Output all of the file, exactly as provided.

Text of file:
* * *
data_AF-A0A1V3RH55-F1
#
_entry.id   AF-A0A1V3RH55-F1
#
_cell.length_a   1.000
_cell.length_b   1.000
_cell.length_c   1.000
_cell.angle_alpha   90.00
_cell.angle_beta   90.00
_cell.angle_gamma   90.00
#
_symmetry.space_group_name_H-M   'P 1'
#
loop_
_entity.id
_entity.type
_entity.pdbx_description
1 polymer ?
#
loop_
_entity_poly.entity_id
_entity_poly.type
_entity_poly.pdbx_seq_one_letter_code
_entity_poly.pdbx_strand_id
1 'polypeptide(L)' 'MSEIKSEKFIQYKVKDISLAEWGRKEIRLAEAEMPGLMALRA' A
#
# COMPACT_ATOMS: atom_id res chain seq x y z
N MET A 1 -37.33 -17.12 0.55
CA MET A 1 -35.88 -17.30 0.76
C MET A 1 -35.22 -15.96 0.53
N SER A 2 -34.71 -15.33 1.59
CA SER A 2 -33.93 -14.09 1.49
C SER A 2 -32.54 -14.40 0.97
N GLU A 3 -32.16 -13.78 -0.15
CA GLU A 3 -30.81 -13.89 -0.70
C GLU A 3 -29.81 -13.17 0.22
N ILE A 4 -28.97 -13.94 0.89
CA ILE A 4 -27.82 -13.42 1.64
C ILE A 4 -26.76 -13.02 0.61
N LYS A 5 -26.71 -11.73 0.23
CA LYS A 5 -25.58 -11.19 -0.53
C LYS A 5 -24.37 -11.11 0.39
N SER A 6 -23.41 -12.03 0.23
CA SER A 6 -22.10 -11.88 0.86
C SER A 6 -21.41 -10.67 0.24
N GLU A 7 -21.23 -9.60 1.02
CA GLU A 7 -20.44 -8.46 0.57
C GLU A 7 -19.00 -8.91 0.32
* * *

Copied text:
data_AF-A0A1V3RH55-F1
#
_entry.id   AF-A0A1V3RH55-F1
#
_cell.length_a   1.000
_cell.length_b   1.000
_cell.length_c   1.000
_cell.angle_alpha   90.00
_cell.angle_beta   90.00
_cell.angle_gamma   90.00
#
_symmetry.space_group_name_H-M   'P 1'
#
loop_
_entity.id
_entity.type
_entity.pdbx_description
1 polymer ?
#
loop_
_entity_poly.entity_id
_entity_poly.type
_entity_poly.pdbx_seq_one_letter_code
_entity_poly.pdbx_strand_id
1 'polypeptide(L)' 'MSEIKSEKFIQYKVKDISLAEWGRKEIRLAEAEMPGLMALRA' A
#
# COMPACT_ATOMS: atom_id res chain seq x y z
N MET A 1 -37.33 -17.12 0.55
CA MET A 1 -35.88 -17.30 0.76
C MET A 1 -35.22 -15.96 0.53
N SER A 2 -34.71 -15.33 1.59
CA SER A 2 -33.93 -14.09 1.49
C SER A 2 -32.54 -14.40 0.97
N GLU A 3 -32.16 -13.78 -0.15
CA GLU A 3 -30.81 -13.89 -0.70
C GLU A 3 -29.81 -13.17 0.22
N ILE A 4 -28.97 -13.94 0.89
CA ILE A 4 -27.82 -13.42 1.64
C ILE A 4 -26.76 -13.02 0.61
N LYS A 5 -26.71 -11.73 0.23
CA LYS A 5 -25.58 -11.19 -0.53
C LYS A 5 -24.37 -11.11 0.39
N SER A 6 -23.41 -12.03 0.23
CA SER A 6 -22.10 -11.88 0.86
C SER A 6 -21.41 -10.67 0.24
N GLU A 7 -21.23 -9.60 1.02
CA GLU A 7 -20.44 -8.46 0.57
C GLU A 7 -19.00 -8.91 0.32